If you have hard water in your Plainfield, IL home, then hard water stains are likely a constant issue. Untreated limescale build-ups can make kitchen and bathroom fixtures look grimy even when they’re clean. Hard water residues can also leave spots on your flatware, cookware, glasses, and more. Although there are many easy and natural ways to get rid of them, even the very best methods won’t eliminate them for good. Read on to find out what does and doesn’t work.
The Benefits and Drawbacks of Using White Vinegar to Treat Hard Water Stains
When it’s used correctly, few things break down hard water build-ups as quickly and effectively as white vinegar. This is great news for homeowners given that white vinegar is both cheap and easy to acquire. However, to get the results you want, you’ll need to use white vinegar that’s specially formulated for cleaning and has an acidity level of at least 6%.
To remove hard water stains, combine equal parts water and white vinegar in a clean spray bottle. Spray this mixture liberally on all affected fixtures. Leave the solution in place for 15 minutes or more. Then, wipe it away with a soft towel. Microfiber towels work best.
The acetic acid in white vinegar breaks calcium and other deposits down, and it should leave your fixtures spot-free and sparkling. You can achieve these same results on your dishes by adding a full cup of vinegar to your dishwasher’s final rinse.
Homeowners have also had success in removing hard water build-ups from their shower heads and faucet aerators after soaking these components in water and white vinegar overnight.
However, before using vinegar as a hard water solvent in any area, there are a few important things to note. The acetic acid in vinegar can cause permanent damage if it lands on certain materials. These include:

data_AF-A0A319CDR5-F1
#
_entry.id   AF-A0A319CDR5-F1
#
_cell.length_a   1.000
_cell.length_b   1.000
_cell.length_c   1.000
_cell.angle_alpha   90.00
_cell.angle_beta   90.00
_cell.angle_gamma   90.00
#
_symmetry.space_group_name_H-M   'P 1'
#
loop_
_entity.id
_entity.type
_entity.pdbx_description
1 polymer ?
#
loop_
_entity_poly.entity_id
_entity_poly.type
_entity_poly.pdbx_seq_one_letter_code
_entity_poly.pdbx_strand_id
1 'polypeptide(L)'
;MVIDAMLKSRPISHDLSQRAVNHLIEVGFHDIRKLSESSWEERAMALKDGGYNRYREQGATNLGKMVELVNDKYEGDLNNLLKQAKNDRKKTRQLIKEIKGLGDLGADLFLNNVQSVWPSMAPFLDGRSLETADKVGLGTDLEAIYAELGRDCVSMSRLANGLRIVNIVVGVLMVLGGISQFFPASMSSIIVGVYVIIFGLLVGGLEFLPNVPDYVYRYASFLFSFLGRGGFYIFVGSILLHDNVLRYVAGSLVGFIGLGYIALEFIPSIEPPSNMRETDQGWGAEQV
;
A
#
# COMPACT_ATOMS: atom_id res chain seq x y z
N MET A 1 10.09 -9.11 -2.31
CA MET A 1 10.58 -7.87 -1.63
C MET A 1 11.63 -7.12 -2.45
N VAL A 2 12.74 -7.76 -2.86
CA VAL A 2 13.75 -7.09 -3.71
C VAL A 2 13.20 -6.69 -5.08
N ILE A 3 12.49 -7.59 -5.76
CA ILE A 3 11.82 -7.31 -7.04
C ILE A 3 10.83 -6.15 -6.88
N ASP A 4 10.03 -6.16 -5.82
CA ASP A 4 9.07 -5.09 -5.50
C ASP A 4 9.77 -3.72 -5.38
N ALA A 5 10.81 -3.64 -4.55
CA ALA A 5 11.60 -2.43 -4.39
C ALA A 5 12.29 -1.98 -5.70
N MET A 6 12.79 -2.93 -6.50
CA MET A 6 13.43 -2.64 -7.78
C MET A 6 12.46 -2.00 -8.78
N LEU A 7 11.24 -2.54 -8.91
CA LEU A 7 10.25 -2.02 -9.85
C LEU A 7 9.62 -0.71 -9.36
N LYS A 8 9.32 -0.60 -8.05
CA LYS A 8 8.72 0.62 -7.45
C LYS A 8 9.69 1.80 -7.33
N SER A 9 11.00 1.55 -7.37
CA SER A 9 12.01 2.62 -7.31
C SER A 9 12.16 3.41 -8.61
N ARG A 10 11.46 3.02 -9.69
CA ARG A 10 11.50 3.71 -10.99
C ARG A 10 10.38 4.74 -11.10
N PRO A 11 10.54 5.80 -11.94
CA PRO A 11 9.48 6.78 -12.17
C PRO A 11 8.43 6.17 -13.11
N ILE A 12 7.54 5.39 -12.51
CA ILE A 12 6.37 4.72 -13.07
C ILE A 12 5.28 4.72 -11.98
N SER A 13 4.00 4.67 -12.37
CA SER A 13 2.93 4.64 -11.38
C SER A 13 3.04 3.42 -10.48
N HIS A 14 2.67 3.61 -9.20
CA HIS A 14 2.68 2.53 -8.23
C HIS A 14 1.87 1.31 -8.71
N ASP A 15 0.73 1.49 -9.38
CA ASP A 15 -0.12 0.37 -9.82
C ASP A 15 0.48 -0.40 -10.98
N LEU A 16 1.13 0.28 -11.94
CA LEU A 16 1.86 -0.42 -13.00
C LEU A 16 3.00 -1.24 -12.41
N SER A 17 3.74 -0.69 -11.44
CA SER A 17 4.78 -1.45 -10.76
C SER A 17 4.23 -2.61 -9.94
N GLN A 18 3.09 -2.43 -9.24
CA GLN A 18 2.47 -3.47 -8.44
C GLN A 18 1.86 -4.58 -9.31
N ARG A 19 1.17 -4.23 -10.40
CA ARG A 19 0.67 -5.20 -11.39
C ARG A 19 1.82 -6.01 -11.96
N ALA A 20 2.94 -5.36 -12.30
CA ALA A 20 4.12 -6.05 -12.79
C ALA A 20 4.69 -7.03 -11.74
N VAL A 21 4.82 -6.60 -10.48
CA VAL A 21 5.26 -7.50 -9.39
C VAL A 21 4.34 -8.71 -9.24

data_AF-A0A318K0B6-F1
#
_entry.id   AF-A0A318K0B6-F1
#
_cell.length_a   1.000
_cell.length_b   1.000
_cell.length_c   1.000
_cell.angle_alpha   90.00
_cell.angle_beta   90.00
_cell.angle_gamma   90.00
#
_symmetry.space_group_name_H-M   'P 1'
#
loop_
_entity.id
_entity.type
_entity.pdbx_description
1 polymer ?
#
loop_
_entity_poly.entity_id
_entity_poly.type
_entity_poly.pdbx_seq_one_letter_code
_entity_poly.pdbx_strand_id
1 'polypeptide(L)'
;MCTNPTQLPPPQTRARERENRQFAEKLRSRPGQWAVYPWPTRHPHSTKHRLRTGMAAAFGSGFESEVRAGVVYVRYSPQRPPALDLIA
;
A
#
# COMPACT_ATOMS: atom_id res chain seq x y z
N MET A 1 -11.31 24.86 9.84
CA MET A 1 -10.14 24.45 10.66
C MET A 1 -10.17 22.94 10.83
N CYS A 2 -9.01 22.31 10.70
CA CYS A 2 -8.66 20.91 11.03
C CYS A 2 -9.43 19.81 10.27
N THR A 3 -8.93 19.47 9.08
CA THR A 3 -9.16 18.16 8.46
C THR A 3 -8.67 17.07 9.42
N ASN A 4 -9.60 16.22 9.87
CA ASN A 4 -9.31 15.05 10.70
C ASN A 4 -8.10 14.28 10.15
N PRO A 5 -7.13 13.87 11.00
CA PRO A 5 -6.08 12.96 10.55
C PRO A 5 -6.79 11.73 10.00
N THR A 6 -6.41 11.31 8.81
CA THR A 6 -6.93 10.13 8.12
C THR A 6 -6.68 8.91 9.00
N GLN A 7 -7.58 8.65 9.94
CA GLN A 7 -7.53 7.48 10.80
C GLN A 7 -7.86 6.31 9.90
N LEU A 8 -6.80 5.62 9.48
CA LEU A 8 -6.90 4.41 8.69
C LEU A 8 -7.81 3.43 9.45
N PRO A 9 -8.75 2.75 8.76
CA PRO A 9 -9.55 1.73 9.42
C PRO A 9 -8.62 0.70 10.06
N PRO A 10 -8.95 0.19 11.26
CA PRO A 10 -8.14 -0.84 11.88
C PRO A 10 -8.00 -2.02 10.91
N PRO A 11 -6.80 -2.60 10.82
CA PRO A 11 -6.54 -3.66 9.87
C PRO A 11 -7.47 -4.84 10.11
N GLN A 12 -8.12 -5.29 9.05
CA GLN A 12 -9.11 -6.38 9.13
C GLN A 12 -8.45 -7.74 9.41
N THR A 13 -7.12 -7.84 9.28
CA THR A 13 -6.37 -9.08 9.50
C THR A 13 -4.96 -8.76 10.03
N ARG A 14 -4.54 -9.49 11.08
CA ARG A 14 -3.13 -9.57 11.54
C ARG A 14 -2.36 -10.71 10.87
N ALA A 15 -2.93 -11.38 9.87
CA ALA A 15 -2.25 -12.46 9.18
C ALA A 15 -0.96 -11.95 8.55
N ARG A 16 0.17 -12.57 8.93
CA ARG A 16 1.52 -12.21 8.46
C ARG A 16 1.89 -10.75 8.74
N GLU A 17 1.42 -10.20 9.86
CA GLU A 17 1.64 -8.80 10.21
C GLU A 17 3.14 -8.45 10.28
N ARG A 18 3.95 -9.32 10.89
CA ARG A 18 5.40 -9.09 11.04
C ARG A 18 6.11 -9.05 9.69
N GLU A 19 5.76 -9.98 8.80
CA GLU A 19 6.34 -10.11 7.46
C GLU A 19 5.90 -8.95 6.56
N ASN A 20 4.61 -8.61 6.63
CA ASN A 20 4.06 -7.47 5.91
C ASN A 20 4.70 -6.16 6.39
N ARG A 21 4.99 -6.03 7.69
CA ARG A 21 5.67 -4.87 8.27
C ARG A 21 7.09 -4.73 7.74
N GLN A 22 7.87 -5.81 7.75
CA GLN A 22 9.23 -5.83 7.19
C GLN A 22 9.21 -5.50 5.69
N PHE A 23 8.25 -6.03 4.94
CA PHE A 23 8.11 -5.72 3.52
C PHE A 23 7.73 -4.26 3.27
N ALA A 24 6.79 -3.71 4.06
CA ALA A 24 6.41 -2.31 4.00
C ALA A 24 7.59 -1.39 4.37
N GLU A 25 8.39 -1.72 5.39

- Stainless steel
- Natural stones like slate, granite, and marble
- Cast iron
- Unfinished or waxed wood
When using it in your kitchen and bathrooms, make sure that over-spray isn’t getting on any natural stone back splashes, counters, shower walls, or trim to prevent problems with pitting and etching. You should also avoid spraying too close to stainless steel appliances. If used on a regular basis, vinegar can also prove harmful to the rubber gaskets and hoses in your dishwasher and other water-reliant appliances. Thus, although it’s handy for short-term use, it’s hardly an effective solution to ongoing hard water problems.
It’s additionally important to note that while white vinegar is a natural and generally safe cleaning agent, high concentrations and repeated exposure can cause respiratory and eye irritation.
Keep Your Faucets Looking Fresh With Spray-on Dish Soap
A popular alternative to white vinegar is spray-on dish soap. Certain brands are deemed more effective than others, but they’re all applied in the same way. Simply coat the fixtures that have hard water build-ups with one of these products. Let it sit for 15 minutes or more, and then scrub it away with a slightly abrasive sponge. You can finish by polishing the area with a microfiber towel.
Unfortunately, these products aren’t acceptable for use in dishwashers, and they don’t work well for cleaning shower-heads or faucet aerators. If you have hard water spots on your dishes or pressure problems in your bathtubs, showers, and sinks, you’ll need an alternative treatment.
Borax to the Rescue
Like both spray-on dish soaps and white vinegar, Borax is low in cost and easy to acquire. You can find it at most big box stores as well as at many grocery and hardware stores. Borax is pure sodium tetraborate. It’s typically sourced from dry lake beds.